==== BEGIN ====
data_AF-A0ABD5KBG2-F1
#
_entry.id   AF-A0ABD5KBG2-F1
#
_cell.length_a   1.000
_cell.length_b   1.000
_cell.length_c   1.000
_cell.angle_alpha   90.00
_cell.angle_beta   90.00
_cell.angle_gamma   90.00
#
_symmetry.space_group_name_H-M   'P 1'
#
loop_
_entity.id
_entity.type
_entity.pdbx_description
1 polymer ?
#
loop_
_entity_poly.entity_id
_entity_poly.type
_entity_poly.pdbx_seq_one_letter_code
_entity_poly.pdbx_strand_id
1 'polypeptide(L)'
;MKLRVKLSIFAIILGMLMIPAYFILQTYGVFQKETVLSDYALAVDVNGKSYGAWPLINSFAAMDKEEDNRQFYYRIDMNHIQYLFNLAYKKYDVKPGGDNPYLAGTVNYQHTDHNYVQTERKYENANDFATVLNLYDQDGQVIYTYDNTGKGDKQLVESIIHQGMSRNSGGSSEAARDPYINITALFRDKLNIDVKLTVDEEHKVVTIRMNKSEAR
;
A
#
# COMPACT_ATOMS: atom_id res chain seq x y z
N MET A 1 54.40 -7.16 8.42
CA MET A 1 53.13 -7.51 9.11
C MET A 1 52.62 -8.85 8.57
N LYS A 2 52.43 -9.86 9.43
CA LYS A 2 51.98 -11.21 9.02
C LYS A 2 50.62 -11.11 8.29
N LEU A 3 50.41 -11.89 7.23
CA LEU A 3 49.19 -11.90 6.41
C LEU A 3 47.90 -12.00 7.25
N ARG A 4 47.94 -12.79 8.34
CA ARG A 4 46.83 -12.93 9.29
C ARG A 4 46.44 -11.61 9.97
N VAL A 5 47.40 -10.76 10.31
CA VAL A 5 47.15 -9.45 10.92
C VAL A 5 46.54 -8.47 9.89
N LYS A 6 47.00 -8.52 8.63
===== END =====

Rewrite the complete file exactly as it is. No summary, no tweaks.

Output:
data_AF-A0ABD5KBG2-F1
#
_entry.id   AF-A0ABD5KBG2-F1
#
_cell.length_a   1.000
_cell.length_b   1.000
_cell.length_c   1.000
_cell.angle_alpha   90.00
_cell.angle_beta   90.00
_cell.angle_gamma   90.00
#
_symmetry.space_group_name_H-M   'P 1'
#
loop_
_entity.id
_entity.type
_entity.pdbx_description
1 polymer ?
#
loop_
_entity_poly.entity_id
_entity_poly.type
_entity_poly.pdbx_seq_one_letter_code
_entity_poly.pdbx_strand_id
1 'polypeptide(L)'
;MKLRVKLSIFAIILGMLMIPAYFILQTYGVFQKETVLSDYALAVDVNGKSYGAWPLINSFAAMDKEEDNRQFYYRIDMNHIQYLFNLAYKKYDVKPGGDNPYLAGTVNYQHTDHNYVQTERKYENANDFATVLNLYDQDGQVIYTYDNTGKGDKQLVESIIHQGMSRNSGGSSEAARDPYINITALFRDKLNIDVKLTVDEEHKVVTIRMNKSEAR
;
A
#
# COMPACT_ATOMS: atom_id res chain seq x y z
N MET A 1 54.40 -7.16 8.42
CA MET A 1 53.13 -7.51 9.11
C MET A 1 52.62 -8.85 8.57
N LYS A 2 52.43 -9.86 9.43
CA LYS A 2 51.98 -11.21 9.02
C LYS A 2 50.62 -11.11 8.29
N LEU A 3 50.41 -11.89 7.23
CA LEU A 3 49.19 -11.90 6.41
C LEU A 3 47.90 -12.00 7.25
N ARG A 4 47.94 -12.79 8.34
CA ARG A 4 46.83 -12.93 9.29
C ARG A 4 46.44 -11.61 9.97
N VAL A 5 47.40 -10.76 10.31
CA VAL A 5 47.15 -9.45 10.92
C VAL A 5 46.54 -8.47 9.89
N LYS A 6 47.00 -8.52 8.63